Roman Period (67 BC 330 AD)
The Romans were well aware of the strategic importance of Crete
and its final conquest, after much resistance, and subsequent
long rule opened up the way for further expansion to the east.
Once pacified, the people of Crete settled into Roman rule with
little opposition and a period of relative calm followed with
the island becoming a quiet cultural backwater province of the
eastern Roman (or Byzantium) Empire. At first it was organized
jointly with the province of Cyrenaica on the coast of Africa,
but was separated into a province of its own in around 298 AD.
The capital for much of the Byzantium era was Gortys and this
city flourished under their rule. This prosperity saw the
construction of luxurious Roman buildings such as stadiums,
temples and baths. The population rose to around 300,000
Other large cities included Knossos, Aptena, Lerapetra, Phaestos, Littos, Eleftherna and Kydonia, (present day Chania). This latter city was where the conquest of Crete by the Romans began and it was the first city to resist. However, under Roman rule it thrived and excavations have revealed the remains of luxurious private and public buildings as well as numerous sculptures and mosaic floors in various parts of the city.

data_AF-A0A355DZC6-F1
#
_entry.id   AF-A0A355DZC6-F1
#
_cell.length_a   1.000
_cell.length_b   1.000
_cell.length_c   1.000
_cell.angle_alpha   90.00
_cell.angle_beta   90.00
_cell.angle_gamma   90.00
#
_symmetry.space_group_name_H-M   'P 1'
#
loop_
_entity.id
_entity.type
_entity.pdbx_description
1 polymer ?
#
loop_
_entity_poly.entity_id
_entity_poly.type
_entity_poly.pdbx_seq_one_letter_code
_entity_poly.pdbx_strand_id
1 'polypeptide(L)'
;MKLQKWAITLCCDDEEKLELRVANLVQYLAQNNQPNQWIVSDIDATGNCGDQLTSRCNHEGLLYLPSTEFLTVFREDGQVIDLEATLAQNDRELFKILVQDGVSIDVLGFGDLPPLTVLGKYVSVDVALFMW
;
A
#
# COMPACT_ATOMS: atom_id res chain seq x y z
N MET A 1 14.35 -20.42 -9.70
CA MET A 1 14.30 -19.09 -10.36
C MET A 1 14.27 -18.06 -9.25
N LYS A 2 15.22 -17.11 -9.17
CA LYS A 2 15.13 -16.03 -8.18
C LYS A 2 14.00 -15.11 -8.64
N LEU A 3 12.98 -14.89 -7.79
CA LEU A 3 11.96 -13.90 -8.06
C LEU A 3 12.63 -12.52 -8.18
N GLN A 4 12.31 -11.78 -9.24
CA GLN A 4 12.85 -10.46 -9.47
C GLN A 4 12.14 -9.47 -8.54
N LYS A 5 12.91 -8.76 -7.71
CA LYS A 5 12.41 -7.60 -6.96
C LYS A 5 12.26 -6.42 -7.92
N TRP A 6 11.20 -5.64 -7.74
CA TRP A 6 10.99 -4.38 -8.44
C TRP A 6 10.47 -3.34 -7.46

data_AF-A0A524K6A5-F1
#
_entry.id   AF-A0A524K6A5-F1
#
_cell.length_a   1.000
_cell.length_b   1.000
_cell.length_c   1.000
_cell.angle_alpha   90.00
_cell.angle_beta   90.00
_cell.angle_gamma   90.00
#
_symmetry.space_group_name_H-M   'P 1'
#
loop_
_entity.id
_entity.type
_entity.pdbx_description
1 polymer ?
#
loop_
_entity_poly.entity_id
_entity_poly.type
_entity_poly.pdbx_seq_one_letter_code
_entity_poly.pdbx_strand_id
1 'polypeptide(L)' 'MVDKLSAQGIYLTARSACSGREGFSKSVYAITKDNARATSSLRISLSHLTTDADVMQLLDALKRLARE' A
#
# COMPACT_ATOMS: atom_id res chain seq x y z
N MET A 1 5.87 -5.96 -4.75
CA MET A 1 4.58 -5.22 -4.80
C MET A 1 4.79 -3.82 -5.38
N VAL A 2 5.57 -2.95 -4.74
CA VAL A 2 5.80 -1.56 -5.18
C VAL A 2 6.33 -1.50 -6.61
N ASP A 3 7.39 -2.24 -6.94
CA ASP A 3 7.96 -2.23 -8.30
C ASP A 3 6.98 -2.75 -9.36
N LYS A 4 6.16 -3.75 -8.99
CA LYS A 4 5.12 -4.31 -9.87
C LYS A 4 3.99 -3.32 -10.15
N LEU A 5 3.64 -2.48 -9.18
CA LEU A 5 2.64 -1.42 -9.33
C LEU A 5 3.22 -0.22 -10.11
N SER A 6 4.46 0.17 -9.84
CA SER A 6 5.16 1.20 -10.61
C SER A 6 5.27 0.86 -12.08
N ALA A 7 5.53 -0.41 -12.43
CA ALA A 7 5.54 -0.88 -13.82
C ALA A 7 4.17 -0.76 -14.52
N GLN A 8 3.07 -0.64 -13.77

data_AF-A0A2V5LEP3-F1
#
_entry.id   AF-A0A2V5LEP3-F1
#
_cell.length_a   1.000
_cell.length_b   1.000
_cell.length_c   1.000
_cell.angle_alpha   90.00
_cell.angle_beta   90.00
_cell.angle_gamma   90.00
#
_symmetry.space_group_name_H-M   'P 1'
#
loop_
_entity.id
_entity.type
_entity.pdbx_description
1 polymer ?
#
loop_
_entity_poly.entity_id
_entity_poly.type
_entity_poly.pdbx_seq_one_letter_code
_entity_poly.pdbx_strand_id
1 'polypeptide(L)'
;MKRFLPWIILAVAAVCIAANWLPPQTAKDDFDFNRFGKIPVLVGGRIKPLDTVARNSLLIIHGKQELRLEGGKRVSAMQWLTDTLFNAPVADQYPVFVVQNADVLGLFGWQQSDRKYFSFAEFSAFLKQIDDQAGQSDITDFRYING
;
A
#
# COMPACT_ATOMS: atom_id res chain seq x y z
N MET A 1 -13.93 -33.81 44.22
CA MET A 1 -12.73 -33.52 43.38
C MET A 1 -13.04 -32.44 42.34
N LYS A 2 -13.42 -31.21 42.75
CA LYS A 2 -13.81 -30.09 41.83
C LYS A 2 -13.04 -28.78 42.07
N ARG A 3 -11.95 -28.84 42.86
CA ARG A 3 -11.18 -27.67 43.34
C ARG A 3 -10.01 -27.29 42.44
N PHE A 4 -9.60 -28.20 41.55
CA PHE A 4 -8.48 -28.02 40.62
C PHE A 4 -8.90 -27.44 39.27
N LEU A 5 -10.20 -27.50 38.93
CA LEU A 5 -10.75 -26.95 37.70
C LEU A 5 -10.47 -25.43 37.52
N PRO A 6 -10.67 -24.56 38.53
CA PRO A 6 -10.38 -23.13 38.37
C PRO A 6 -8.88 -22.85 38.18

It is thought that the original construction of the Byzantine wall around the acropolis of Kastelli was built around this time and the necropolis was extended around it. Its ancient theatre was preserved until 1583 when it was demolished by the Venetians who used the stone and marble from this and other buildings to construct the new city walls. Apart from raids by Goths in around 269 AD, Crete continued to remain both a peaceful and prosperous province for much of the Roman rule. It continued as part of the Roman and Byzantine empires until the 13th century AD although the 9th century saw some interruption by Arab conquests. The presence of the Romans, however, did not have a large influence on the daily habits and culture of Cretan people. They kept their own language and continued their worshipping customs. .